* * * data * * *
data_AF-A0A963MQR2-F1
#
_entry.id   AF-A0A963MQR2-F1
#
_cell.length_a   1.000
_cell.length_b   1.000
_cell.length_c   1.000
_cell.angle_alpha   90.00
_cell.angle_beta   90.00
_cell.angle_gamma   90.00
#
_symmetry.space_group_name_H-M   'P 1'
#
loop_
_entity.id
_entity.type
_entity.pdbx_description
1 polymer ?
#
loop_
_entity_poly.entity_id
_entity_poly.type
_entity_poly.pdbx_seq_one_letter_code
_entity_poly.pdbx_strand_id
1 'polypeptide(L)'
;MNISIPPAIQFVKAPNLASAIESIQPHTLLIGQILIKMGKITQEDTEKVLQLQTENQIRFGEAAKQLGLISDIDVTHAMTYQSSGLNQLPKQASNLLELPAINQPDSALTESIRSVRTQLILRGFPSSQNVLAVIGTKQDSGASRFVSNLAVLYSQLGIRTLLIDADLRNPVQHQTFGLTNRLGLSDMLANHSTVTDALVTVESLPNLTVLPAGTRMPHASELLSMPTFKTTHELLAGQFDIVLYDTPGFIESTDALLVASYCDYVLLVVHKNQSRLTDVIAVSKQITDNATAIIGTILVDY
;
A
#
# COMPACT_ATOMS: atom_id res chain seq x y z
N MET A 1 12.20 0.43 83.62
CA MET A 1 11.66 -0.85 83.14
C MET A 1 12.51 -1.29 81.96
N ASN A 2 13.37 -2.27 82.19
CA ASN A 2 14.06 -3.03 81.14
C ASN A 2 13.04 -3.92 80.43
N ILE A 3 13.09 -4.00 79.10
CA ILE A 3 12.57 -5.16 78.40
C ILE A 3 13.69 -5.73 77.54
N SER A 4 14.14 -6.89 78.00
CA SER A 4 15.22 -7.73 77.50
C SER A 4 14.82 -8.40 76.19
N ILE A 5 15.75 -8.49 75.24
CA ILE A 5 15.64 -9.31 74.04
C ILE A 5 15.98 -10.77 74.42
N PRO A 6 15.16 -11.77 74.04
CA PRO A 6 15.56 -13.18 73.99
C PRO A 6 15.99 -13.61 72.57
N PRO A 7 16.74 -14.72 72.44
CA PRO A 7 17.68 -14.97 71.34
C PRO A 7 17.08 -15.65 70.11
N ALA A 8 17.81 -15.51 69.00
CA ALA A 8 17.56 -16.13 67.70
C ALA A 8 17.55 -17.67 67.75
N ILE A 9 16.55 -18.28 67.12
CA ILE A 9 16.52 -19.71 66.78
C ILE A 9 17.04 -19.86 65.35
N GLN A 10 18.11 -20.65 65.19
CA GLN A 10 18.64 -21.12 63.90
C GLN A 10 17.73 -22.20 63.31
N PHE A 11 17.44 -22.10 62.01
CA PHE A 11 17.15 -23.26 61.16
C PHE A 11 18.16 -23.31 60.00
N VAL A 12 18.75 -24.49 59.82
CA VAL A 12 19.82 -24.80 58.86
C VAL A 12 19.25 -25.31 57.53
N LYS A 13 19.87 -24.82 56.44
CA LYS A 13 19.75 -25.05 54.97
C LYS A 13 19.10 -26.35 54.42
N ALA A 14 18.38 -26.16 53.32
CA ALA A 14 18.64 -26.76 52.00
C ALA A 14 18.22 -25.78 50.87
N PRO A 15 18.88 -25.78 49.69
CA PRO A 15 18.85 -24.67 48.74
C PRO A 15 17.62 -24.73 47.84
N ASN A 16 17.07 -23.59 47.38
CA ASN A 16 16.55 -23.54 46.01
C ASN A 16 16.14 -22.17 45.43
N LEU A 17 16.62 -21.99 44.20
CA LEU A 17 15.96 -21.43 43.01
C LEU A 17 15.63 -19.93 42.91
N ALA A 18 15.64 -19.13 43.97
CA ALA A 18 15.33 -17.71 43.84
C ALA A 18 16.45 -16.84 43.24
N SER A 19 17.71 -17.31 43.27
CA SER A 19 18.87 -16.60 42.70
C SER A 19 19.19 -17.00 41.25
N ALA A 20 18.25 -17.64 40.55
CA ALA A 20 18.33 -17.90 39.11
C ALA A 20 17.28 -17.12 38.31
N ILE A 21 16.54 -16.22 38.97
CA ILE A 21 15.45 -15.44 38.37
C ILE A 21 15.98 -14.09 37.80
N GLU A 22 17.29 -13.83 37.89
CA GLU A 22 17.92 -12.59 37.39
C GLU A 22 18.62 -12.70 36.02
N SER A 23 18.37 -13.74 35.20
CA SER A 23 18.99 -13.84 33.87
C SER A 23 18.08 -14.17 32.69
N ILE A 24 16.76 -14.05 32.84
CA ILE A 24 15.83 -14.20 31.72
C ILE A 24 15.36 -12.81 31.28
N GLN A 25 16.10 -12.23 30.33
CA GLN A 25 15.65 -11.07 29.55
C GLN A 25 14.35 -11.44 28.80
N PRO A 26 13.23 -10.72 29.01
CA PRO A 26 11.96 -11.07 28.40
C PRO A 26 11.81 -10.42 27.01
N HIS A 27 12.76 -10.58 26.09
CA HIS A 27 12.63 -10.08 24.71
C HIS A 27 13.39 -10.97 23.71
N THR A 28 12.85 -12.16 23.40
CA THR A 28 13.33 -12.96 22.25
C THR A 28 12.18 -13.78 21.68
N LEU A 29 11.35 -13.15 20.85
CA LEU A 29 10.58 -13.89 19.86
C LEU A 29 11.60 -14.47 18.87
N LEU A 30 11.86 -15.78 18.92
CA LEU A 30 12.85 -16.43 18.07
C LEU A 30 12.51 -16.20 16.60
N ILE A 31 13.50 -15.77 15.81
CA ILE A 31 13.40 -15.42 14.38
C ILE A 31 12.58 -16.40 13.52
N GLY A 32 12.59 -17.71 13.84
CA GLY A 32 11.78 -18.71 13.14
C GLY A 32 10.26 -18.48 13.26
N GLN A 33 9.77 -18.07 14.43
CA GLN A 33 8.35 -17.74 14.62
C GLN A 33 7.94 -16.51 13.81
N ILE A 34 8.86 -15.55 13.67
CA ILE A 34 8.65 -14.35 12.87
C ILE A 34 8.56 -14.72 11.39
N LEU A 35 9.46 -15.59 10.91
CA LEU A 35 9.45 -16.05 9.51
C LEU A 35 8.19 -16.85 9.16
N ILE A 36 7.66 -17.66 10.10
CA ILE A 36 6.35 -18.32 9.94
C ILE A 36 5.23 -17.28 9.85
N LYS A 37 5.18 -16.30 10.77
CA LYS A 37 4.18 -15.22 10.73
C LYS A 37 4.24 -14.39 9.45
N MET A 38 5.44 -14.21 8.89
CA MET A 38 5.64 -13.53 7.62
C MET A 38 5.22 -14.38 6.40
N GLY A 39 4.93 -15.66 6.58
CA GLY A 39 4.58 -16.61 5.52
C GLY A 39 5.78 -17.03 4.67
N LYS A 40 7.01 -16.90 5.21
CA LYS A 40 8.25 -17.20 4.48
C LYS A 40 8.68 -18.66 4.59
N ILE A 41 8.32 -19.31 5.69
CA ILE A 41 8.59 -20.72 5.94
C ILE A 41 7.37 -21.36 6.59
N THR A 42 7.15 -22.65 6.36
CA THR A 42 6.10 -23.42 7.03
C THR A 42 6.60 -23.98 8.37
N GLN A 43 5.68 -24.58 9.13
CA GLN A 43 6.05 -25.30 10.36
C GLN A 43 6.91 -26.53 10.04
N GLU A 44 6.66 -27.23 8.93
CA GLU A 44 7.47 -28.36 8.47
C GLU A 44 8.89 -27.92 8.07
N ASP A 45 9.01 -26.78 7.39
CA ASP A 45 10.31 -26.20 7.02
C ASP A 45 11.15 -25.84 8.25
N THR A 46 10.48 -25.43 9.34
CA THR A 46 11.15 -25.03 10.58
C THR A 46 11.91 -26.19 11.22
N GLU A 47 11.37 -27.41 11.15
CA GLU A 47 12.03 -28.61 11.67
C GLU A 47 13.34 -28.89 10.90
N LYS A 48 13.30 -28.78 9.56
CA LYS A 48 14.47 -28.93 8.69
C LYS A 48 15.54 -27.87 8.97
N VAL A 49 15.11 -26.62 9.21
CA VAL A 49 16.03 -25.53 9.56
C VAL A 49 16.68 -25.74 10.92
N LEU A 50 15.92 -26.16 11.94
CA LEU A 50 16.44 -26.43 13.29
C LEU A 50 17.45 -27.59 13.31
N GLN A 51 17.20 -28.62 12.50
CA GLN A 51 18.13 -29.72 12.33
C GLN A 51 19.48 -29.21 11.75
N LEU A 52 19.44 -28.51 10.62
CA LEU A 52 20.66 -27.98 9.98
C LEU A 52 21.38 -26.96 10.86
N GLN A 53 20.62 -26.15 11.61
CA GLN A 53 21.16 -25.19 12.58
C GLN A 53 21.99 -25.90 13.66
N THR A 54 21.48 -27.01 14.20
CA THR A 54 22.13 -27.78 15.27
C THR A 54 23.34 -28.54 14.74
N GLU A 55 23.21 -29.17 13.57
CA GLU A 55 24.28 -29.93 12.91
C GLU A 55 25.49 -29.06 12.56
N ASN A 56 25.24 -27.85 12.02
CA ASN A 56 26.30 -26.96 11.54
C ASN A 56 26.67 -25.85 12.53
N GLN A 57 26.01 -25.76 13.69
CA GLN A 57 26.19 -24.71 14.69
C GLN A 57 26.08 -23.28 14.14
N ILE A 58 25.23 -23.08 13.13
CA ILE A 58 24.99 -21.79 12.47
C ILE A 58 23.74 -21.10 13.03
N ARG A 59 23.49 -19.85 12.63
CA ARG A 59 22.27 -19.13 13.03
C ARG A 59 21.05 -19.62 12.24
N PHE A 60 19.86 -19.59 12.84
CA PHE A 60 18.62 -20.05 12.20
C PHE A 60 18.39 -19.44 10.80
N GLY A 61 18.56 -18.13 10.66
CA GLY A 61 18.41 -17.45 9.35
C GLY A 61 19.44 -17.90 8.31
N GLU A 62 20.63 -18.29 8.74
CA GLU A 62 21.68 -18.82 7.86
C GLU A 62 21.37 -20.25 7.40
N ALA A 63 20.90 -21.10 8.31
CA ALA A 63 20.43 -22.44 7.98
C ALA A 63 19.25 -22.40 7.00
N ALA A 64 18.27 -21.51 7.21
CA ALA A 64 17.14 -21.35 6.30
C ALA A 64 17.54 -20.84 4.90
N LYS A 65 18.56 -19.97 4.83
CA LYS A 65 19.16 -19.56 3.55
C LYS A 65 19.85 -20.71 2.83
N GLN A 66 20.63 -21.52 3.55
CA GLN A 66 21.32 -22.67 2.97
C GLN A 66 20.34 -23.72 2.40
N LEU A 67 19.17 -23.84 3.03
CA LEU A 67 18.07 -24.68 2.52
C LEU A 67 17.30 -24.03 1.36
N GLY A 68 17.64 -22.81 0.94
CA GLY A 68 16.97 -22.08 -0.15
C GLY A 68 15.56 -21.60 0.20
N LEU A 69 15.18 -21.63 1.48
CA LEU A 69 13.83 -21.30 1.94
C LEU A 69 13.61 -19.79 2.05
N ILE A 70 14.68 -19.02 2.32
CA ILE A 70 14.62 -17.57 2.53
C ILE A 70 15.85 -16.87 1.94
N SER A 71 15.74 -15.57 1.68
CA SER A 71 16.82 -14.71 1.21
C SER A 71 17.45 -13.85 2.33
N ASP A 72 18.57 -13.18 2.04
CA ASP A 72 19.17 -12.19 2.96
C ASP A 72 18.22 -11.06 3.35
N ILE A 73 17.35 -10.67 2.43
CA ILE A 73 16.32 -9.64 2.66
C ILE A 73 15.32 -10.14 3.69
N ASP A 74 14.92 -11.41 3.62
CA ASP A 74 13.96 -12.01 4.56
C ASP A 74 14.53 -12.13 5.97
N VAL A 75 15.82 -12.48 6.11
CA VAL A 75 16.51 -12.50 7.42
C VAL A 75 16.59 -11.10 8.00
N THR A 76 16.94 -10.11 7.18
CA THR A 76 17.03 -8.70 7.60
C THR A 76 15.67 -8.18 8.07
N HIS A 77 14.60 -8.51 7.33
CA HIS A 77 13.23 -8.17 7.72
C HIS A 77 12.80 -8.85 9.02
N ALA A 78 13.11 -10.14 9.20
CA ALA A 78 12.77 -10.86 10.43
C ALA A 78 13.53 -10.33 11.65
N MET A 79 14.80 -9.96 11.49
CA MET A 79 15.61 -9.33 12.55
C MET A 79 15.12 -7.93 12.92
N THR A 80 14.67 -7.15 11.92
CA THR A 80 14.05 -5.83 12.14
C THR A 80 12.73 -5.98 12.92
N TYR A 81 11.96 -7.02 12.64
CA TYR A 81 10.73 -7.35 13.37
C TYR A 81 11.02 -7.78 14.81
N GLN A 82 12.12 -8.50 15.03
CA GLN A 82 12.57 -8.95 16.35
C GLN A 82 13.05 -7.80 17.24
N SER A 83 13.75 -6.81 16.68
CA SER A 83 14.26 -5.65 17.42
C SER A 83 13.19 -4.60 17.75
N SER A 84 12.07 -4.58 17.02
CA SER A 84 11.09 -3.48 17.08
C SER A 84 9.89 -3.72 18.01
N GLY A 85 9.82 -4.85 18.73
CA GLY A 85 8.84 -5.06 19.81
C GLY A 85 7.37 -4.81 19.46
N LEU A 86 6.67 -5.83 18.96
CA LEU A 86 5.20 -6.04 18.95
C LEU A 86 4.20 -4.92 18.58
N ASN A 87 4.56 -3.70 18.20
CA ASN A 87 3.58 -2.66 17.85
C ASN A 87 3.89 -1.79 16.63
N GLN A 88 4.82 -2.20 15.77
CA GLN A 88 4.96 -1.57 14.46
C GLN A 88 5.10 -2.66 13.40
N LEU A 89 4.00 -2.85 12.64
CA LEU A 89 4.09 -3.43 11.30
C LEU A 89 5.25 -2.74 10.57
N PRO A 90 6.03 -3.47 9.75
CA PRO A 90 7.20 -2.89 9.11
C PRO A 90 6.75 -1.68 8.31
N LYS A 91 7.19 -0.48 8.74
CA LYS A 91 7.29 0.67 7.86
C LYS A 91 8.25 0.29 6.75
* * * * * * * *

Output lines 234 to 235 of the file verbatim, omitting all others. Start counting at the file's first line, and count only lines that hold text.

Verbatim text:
C GLY A 68 15.56 -21.60 0.20
N LEU A 69 15.18 -21.63 1.48